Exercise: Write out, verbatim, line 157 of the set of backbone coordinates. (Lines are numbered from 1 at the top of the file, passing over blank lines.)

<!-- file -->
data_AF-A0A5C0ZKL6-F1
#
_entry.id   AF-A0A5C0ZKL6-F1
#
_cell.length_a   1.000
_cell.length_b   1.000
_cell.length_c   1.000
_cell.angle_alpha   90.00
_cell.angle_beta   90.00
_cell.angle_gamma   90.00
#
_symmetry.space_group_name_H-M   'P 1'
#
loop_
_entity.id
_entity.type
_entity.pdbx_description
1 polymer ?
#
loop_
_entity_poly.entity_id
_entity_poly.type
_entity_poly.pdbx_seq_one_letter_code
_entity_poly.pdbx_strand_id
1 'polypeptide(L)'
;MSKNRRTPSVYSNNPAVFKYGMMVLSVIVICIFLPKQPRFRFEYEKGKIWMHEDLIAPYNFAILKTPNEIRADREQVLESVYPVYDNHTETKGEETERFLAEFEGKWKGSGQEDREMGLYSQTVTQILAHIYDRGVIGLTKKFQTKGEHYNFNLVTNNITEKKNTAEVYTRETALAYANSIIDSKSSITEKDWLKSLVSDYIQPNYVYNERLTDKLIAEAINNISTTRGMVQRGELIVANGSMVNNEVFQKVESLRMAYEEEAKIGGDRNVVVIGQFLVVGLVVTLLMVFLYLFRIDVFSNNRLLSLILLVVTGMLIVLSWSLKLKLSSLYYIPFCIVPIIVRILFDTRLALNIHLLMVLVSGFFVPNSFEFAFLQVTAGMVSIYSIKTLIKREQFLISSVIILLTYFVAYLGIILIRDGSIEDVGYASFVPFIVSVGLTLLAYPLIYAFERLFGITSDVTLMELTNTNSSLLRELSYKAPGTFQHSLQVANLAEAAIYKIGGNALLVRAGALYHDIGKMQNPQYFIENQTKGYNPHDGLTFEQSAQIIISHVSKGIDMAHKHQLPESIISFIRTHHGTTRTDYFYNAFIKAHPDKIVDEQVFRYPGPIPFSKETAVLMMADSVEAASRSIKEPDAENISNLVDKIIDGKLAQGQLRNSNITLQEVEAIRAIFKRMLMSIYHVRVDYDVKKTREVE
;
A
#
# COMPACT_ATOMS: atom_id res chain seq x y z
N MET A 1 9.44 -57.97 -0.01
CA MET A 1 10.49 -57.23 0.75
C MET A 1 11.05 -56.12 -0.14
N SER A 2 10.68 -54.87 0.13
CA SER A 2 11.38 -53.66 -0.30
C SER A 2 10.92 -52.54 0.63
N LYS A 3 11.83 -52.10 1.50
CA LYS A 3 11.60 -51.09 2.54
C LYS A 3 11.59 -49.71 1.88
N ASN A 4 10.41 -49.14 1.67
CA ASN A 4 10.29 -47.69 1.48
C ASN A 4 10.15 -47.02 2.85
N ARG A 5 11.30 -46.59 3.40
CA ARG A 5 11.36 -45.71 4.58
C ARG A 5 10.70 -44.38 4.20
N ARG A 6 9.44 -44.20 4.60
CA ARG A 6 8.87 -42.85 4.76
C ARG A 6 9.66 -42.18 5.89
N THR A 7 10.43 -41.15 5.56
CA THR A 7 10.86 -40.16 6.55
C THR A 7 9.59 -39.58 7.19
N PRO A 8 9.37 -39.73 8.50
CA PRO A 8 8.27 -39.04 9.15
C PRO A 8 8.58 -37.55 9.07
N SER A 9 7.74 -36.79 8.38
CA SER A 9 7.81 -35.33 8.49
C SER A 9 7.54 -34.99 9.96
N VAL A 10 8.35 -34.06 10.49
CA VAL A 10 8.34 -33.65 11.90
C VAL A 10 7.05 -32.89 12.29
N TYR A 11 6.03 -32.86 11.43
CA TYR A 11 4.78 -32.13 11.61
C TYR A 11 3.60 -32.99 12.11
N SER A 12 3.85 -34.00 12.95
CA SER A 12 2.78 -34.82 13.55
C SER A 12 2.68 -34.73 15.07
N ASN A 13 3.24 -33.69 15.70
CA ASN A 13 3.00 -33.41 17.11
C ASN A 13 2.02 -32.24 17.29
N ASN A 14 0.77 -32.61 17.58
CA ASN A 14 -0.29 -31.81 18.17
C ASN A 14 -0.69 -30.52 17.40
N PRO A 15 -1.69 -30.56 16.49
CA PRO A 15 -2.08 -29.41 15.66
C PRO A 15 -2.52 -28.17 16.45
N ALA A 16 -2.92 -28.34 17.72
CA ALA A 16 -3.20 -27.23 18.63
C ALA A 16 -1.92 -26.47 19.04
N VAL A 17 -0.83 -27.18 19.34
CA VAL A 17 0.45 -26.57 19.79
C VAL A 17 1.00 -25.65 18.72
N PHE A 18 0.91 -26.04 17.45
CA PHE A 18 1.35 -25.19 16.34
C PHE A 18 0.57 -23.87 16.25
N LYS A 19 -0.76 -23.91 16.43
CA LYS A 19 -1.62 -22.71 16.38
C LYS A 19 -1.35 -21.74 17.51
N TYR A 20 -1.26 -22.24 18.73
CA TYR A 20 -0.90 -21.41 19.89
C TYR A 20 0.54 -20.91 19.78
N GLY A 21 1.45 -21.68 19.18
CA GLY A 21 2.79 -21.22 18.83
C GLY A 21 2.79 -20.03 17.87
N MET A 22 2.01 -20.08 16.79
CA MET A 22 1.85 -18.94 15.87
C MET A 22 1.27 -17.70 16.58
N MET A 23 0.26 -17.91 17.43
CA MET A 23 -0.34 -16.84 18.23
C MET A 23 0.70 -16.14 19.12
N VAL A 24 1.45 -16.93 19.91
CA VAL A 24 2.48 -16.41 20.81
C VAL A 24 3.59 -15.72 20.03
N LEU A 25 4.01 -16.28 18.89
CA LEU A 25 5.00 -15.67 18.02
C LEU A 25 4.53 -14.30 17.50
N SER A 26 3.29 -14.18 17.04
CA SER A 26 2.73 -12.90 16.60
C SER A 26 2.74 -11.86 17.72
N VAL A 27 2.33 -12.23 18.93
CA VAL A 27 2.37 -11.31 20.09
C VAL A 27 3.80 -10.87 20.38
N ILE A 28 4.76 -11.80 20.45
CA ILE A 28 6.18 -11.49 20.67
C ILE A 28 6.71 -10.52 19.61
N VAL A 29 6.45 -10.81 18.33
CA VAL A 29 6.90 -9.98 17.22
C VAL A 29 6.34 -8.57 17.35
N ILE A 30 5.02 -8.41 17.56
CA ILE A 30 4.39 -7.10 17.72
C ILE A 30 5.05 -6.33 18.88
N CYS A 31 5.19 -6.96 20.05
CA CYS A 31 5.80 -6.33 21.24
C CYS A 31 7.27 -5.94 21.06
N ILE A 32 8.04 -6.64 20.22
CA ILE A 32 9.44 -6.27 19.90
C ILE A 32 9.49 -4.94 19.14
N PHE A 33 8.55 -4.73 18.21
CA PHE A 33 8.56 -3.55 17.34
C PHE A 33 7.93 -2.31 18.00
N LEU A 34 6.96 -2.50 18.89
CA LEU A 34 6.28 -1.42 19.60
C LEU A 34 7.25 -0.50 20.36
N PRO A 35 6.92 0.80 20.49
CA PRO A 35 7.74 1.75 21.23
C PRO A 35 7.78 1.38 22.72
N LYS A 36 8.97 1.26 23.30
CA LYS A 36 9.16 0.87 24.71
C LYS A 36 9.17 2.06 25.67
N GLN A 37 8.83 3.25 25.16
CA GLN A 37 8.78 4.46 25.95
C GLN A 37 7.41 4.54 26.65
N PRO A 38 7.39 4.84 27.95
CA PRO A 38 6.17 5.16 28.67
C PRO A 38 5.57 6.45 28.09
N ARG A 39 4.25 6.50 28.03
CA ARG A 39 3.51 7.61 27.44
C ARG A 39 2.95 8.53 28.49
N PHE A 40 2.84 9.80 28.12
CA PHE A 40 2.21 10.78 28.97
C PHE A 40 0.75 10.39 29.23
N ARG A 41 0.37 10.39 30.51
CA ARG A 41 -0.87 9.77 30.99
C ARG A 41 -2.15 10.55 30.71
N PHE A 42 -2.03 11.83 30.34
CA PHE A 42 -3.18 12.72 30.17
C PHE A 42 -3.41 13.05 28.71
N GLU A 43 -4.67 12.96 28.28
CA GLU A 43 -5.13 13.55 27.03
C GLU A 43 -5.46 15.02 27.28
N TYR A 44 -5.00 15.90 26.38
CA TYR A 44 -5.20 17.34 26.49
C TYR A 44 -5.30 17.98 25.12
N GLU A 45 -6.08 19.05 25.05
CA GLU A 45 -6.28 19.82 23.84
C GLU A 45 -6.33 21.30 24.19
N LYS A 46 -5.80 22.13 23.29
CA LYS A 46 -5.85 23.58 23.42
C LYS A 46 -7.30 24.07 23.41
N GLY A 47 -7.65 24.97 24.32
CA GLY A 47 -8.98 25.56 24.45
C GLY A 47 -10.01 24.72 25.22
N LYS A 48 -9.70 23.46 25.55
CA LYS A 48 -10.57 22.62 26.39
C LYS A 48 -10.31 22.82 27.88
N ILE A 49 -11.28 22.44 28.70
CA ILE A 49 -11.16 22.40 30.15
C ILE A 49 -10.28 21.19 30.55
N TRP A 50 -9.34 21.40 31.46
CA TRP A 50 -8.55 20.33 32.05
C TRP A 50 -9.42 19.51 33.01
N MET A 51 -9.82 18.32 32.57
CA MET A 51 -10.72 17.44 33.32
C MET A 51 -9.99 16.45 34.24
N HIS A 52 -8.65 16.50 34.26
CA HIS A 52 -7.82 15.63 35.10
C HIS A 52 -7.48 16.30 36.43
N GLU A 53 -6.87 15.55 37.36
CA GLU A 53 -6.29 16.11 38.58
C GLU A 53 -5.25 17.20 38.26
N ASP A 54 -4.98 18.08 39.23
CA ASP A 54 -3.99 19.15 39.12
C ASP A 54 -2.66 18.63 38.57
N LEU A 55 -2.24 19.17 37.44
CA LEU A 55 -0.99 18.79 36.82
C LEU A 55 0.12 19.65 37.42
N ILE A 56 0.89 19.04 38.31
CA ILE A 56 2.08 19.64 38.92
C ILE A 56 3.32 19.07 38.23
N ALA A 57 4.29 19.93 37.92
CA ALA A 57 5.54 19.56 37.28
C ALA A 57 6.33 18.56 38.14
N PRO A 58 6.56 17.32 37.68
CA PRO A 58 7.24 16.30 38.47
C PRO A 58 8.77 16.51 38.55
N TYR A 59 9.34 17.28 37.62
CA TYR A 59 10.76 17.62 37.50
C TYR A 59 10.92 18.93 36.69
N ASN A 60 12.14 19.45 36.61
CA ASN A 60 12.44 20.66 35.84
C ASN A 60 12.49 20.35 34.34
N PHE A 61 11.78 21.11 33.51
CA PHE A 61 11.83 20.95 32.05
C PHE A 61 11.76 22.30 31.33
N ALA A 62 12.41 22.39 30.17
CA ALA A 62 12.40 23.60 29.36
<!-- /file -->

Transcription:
N GLU A 43 -4.67 12.96 28.28